A lot of buzz-terms have cropped up in our modern technological world. Not buzzwords; most are phrases, thus I refer to them as “buzz-terms”. I suppose that would make “buzz-term” itself a buzz-term or, rather, it will be if it catches on. Not all buzz-terms are bad. Some suit a very specific purpose, filling a void in the language but some have been created to replace already existing terms. So here they are, buzz-terms that should be avoided:
Once upon a time, not so long ago, the department responsible for employees was called Personnel. It had a nice ring to it; it was soft and warm. At some point, someone, somewhere, for some reason unknown to me, decided to coin the term “Human Resources.”
You’re not a person anymore. You’re still acknowledged as human, as opposed to cattle or xerox machines, but you’re a resource – a thing to be used. The reasoning behind this comes from project management where man-hours are, indeed, considered resources and estimates are based on human output. Fair enough. Such is needed to do that job. As for the rest of us, we’re people, not things and should be addressed as such.
Equally offensive is the term “Phone Screen.” They used to be interviews, which had a friendly sound to it, kind of like being on Conan. Now they want a fifteen minute “phone screen.” You’re going to be “screened” like the parasite you are.
This particularly dehumanizing expression comes from an innate believe on the part of management that everyone is as slimy and dishonorable as they are. Clearly, because they did awful, deceitful things to get where they are they assume that everyone is like that. As such, such people must be “screened”. There are two rules for tyrants: seize power and prevent others from seizing power.
Apparently, we must all adhere to them. But, as anyone who is familiar with commercialism is aware, anything that purports to be the best, usually isn’t. Furthermore, in many cases where the term “best practices” is used, whether or not it is “the best” is entirely subjective, particularly in my industry. It’s just a dogmatic way of derailing any alternate opinions, usually by people who can’t justify their own enough to provide a coherent argument.
In some cases there are actual, proper, established and proven procedures that one should follow; preserving forensic at a crime scene, for example. Didn’t there used to be a term for that? Wasn’t it “proper procedure?” Proper procedure allows for improvement. Best practices are as good as they’re ever going to get. After all, they are The Best!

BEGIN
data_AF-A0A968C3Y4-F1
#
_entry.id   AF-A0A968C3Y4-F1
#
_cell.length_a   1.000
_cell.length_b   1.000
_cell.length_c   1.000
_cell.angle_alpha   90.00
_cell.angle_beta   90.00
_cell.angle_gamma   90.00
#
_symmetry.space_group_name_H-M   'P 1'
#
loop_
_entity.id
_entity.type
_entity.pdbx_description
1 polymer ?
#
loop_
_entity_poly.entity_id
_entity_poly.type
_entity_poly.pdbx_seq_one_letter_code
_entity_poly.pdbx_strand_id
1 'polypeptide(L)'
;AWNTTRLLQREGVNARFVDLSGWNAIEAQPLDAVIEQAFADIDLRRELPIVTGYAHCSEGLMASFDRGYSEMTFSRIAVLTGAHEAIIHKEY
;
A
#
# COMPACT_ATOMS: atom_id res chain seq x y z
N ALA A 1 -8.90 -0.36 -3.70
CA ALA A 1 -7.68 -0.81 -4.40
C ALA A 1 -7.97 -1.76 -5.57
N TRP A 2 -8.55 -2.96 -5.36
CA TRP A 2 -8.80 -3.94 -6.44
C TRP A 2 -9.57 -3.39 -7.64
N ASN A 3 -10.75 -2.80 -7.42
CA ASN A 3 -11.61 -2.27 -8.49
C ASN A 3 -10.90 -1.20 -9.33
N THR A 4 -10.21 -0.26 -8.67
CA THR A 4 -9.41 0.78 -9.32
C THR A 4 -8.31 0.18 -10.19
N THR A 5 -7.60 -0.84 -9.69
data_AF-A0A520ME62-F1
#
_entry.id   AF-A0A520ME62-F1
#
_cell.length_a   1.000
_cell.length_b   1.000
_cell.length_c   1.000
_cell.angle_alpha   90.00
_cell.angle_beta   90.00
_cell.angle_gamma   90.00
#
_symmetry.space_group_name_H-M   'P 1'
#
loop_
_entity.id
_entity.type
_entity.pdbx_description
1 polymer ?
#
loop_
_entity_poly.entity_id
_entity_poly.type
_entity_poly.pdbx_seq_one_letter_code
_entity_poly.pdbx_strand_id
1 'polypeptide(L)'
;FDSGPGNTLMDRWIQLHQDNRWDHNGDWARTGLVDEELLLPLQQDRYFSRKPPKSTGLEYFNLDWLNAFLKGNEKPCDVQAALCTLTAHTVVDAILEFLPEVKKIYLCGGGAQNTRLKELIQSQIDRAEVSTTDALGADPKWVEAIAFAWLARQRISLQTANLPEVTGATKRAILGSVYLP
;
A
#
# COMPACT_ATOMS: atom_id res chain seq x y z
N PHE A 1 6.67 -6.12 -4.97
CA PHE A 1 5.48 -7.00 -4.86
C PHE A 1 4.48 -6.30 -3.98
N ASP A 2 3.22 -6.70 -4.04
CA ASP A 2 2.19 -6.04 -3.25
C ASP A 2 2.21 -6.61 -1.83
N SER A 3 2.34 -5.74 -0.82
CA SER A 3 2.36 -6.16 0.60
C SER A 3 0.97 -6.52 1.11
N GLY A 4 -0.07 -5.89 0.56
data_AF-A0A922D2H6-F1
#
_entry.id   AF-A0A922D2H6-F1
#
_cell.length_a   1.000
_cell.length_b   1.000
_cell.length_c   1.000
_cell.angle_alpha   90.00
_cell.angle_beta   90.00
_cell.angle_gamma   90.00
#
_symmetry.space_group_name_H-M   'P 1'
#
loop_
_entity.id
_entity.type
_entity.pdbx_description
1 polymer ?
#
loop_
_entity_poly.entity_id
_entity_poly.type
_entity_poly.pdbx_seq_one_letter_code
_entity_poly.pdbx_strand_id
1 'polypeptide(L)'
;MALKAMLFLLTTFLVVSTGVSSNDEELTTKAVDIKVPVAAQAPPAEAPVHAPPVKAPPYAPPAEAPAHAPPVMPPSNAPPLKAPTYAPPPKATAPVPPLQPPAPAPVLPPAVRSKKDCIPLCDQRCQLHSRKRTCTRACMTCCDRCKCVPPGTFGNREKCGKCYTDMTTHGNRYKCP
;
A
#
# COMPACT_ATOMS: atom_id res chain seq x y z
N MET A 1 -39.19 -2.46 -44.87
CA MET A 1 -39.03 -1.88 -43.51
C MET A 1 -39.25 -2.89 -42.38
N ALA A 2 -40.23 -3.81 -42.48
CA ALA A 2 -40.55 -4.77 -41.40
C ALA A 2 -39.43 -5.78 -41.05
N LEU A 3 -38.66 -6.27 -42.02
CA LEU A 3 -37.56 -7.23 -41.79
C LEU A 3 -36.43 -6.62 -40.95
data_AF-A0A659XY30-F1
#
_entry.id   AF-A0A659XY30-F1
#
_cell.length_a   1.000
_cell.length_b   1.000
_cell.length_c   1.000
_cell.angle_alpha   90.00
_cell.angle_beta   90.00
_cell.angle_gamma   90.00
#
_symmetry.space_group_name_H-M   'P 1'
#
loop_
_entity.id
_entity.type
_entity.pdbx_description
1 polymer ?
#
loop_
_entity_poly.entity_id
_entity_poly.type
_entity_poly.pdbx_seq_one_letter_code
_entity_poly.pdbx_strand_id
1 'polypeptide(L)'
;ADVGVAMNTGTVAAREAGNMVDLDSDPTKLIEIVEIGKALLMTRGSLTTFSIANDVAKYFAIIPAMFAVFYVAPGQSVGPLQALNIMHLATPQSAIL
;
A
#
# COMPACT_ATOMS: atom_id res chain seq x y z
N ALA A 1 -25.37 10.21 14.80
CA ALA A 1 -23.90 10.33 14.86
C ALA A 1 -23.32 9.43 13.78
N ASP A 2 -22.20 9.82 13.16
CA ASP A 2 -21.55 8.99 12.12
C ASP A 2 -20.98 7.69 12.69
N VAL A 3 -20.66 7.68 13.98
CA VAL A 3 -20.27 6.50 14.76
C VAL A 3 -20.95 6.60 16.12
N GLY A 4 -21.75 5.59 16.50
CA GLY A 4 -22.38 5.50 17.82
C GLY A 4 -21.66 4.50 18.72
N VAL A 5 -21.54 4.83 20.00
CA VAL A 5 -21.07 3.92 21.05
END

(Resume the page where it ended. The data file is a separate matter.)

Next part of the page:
Enough said. There will be no further discussion or debate. I have had the final word. People who use such terminology should be ridiculed into humiliation. Just because you are tired of debating the issue doesn’t mean that you win by terminating all conversation. It doesn’t close the conversation, it just makes you sound like a dogmatic jerk (probably the same dogmatic jerk who dictates “best practices”).
I’m not a shift worker so I might off on this one but when I see it used in Blue Bloods it has a chilling effect on my own blood. There are three shifts to cover a 24-hour period, yes? Day, Swing and Graveyard. To my knowledge none of them are called “tours”. That is a military term. It comes from “tour of duty” which refers to a soldier’s period of active duty in a foreign location (for example, a tour of duty in Vietnam) and it usually refers to an extended period of time.
But somehow, someone got it into their head that this is a synonym for a “shift” which, of course, it is not. Where are they touring? Lower Manhattan? Actually, most of the time they’re touring their desks. They’re not touring the Internet. There’s a perfectly good buzz-term form that which was needed to fill a void: surfing.
Language evolves; English is a particularly rich language because it borrows from so many other languages. But the commercial world has a tendency to mindlessly jump on the bandwagon of the latest and greatest in an attempt to stay ahead of the curve (which is usually where all the money is) without thinking about whether the latest and greatest is necessarily the best from all angles, including how it is received.
In some cases these buzz-terms have a reason for existing, such as “surfing the web” or the term “yuppie” to describe a young, up-and-coming (or urban) professional; they were needed to fill a void in the language. But why create an ugly and offensive term when a perfectly good one exists? I prefer to be interviewed rather than screened and to be personnel rather than a resource. As I leave you to start a tour in the bathroom, I suggest thinking carefully about mindlessly using buzz-terms – it just isn’t best practice.
That is, World War V; V for Virus, not World War V; V for Roman numeral “5”. It’s only the third world war but make no mistake, it is a world war. I justify this assertion, thusly:
The world has not seen such widespread cooperative action